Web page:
Human Trafficking by the Numbers

World Wide:

  • 27 million people are trafficked around the globe.
  • 23 million of these souls live in countries where trafficking is LEGAL!
  • Trafficking is the third largest growing industry in the world!
  • $32 billion is earned through the trafficking of people in the global market per year.
  • 1 million children enter the sex trade every year!  That equals 30 million children during the last 30 years!
  • 2.2 million children are trafficked every year.
  • More people are trafficked today than at the height of the Trans-Atlantic Slave Trade. Every three seconds someone is trafficked.
  • 99% of those trafficked into Europe end up in the sex industry as slaves.
  • Only 1% of those trafficked are rescued from slavery.

United States

  • 14,500 to 17,500 slaves are imported into the United States each year.
    It is the second biggest problem in the U.S. (drug trafficking is number one, weapons trafficking is number three).
  • Minors as young as 12 years old are recruited into the sex trade industry.
  • The average life expectancy of a trafficked person is three to seven years from the time he or she is trafficked.
  • Victims may be forced to service seven to fifteen men per night, earning pimps $200-$1,000 per slave per day.

Pennsylvania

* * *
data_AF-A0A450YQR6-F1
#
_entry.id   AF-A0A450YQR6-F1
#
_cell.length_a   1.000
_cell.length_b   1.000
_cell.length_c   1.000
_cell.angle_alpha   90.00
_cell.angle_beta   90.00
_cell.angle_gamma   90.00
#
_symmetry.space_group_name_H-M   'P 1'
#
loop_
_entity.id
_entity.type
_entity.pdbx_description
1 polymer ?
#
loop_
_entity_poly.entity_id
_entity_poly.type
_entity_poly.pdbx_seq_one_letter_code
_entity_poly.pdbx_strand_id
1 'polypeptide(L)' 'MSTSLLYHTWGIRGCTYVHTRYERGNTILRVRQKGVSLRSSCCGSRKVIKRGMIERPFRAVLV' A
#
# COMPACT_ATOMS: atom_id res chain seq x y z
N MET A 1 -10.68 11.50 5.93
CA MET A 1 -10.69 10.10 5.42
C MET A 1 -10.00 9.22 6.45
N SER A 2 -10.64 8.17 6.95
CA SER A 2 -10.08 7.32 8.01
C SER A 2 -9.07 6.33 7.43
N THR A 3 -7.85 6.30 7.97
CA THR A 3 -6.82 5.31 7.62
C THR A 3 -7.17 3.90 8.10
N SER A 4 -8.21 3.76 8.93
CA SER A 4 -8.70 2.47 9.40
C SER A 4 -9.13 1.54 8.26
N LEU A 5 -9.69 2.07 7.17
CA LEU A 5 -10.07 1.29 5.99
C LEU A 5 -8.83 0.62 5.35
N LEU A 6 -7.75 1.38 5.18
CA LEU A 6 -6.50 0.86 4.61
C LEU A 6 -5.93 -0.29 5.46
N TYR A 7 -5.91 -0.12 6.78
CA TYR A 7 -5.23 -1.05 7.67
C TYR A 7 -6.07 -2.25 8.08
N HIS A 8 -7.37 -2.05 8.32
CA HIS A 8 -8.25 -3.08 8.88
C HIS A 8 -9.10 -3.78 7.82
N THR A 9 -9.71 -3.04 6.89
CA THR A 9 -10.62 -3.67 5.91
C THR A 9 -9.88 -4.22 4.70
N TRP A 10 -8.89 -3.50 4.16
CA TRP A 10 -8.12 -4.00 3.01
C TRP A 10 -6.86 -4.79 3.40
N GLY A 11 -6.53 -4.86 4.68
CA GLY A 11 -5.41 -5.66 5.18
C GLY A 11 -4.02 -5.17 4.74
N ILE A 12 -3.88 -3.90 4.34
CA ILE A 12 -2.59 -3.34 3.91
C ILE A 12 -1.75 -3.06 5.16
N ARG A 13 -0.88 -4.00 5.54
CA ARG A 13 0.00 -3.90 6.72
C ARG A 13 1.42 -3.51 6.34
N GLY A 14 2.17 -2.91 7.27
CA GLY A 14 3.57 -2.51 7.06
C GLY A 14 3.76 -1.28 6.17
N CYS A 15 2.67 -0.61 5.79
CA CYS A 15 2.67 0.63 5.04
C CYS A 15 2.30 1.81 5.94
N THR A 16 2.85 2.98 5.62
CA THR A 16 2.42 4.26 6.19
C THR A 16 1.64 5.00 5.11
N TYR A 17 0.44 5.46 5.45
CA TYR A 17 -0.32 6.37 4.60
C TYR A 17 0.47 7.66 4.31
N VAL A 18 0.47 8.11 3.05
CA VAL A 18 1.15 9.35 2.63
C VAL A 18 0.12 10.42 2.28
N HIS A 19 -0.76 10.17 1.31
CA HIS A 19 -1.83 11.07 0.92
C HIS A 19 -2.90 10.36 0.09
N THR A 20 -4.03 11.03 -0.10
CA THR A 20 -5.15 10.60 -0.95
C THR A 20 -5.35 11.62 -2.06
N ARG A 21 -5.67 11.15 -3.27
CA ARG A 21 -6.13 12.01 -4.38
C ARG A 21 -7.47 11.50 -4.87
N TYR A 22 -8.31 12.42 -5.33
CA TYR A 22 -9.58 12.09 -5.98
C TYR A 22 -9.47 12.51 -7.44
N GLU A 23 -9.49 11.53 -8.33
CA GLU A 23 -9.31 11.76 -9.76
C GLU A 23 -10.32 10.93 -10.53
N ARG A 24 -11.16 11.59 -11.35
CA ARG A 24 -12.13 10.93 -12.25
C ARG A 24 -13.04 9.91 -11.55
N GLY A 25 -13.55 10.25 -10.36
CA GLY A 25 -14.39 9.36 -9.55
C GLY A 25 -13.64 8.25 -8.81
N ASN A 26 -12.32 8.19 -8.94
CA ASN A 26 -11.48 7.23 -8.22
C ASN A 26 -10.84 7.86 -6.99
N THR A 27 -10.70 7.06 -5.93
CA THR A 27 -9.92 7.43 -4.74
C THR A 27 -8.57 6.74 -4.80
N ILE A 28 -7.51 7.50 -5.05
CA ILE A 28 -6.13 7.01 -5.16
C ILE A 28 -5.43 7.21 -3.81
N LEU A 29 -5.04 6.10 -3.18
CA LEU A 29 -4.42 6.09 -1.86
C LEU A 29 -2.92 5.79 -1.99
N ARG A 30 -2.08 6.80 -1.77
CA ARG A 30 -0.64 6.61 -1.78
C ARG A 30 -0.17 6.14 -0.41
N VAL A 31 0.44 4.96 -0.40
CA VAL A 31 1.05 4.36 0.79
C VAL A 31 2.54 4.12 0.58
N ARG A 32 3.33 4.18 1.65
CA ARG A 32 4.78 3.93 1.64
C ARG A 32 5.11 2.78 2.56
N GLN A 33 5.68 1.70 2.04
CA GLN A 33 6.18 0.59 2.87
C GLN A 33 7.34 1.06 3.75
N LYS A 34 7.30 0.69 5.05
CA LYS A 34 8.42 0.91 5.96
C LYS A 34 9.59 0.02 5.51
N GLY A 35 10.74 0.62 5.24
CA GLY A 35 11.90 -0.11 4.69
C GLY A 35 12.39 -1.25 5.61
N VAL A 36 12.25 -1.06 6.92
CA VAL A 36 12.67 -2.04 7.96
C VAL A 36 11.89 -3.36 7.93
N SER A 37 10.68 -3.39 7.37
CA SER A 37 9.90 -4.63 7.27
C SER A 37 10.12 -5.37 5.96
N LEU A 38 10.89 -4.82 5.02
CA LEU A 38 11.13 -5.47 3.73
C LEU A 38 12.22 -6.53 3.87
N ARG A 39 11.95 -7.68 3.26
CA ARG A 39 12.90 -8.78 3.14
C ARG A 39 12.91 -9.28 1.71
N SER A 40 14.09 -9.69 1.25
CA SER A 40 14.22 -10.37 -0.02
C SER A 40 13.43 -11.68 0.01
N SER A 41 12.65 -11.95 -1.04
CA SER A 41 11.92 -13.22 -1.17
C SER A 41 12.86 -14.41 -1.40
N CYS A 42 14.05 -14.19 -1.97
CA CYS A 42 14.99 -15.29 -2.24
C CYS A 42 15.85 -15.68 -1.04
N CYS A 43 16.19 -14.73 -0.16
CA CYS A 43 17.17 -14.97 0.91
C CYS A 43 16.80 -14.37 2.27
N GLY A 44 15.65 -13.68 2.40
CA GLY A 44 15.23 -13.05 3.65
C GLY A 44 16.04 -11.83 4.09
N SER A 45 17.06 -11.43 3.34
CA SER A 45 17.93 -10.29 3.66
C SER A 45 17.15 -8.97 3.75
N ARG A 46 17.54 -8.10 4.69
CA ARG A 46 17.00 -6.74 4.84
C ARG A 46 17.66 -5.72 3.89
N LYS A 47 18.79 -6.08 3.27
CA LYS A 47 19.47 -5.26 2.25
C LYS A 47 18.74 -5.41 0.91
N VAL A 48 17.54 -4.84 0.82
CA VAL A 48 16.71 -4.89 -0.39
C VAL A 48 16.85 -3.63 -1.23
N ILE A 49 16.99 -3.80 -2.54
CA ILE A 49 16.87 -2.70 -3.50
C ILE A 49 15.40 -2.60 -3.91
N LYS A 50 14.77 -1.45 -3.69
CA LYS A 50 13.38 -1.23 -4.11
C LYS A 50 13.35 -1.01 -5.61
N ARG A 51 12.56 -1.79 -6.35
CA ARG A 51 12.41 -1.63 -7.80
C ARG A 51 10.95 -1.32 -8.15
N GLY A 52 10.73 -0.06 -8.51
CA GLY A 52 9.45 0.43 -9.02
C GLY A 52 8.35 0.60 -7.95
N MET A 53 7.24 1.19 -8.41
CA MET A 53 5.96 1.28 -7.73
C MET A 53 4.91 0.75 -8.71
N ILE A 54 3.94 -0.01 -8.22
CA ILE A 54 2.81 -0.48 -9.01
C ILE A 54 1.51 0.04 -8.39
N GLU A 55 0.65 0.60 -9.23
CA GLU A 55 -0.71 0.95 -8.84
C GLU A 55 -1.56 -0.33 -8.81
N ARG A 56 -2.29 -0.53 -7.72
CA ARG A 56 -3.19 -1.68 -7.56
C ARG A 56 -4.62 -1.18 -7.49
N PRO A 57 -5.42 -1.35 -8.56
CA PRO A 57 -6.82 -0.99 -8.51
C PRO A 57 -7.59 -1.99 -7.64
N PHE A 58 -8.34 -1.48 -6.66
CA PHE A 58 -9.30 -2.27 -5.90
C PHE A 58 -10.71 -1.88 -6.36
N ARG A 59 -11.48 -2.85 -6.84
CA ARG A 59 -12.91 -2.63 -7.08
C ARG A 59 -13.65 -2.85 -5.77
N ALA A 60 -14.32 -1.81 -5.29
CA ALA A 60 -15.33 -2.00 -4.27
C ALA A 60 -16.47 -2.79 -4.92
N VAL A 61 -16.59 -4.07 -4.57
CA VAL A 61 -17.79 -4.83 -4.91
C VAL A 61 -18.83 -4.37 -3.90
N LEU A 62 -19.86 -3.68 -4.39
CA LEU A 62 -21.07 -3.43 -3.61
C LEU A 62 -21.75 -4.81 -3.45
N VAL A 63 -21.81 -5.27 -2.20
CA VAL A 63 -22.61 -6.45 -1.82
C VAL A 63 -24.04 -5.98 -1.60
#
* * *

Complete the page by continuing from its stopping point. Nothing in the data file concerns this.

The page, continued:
• “C” is the grade given to Pennsylvania’s state laws and legislature regarding treatment and services for rescued victims of the slave trade.
  • PA has no laws that provide or mandate protective provisions for sexually exploited children.
  • PA has only a five-year statute of limitation from the date of the crime during which a victim may speak out against their trafficker.

Pittsburgh 

  • Four years ago human trafficking was virtually non-existent in our region. Two years ago there were 15 known centers for trafficking.
  • Today there are 36 known brothels and places of human trafficking in the Greater Pittsburgh area.
  • Six of these trafficking dens are in Pittsburgh’s suburbs and surrounding neighborhoods.

Sources: Polaris Project; United Nations; Global Outlook, Center for Research on Globalism; UNICEF; SWPAAHTC
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